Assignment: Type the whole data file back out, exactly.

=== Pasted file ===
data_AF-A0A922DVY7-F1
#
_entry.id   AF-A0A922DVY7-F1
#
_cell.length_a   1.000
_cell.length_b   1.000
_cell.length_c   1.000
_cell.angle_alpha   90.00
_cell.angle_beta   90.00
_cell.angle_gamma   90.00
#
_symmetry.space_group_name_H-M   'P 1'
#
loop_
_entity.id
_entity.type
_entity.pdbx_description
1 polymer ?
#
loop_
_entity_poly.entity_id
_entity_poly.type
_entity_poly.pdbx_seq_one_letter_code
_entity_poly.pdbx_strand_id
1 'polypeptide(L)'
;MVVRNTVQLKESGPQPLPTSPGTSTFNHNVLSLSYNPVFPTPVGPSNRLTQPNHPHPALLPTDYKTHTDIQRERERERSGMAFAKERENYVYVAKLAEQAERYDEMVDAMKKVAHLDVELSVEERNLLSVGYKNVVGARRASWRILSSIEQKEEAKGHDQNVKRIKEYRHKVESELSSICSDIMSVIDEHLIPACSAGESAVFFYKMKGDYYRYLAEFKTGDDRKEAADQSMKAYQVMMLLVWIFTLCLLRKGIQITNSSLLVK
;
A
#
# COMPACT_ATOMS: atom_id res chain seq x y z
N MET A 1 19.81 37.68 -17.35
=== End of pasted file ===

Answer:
data_AF-A0A922DVY7-F1
#
_entry.id   AF-A0A922DVY7-F1
#
_cell.length_a   1.000
_cell.length_b   1.000
_cell.length_c   1.000
_cell.angle_alpha   90.00
_cell.angle_beta   90.00
_cell.angle_gamma   90.00
#
_symmetry.space_group_name_H-M   'P 1'
#
loop_
_entity.id
_entity.type
_entity.pdbx_description
1 polymer ?
#
loop_
_entity_poly.entity_id
_entity_poly.type
_entity_poly.pdbx_seq_one_letter_code
_entity_poly.pdbx_strand_id
1 'polypeptide(L)'
;MVVRNTVQLKESGPQPLPTSPGTSTFNHNVLSLSYNPVFPTPVGPSNRLTQPNHPHPALLPTDYKTHTDIQRERERERSGMAFAKERENYVYVAKLAEQAERYDEMVDAMKKVAHLDVELSVEERNLLSVGYKNVVGARRASWRILSSIEQKEEAKGHDQNVKRIKEYRHKVESELSSICSDIMSVIDEHLIPACSAGESAVFFYKMKGDYYRYLAEFKTGDDRKEAADQSMKAYQVMMLLVWIFTLCLLRKGIQITNSSLLVK
;
A
#
# COMPACT_ATOMS: atom_id res chain seq x y z
N MET A 1 19.81 37.68 -17.35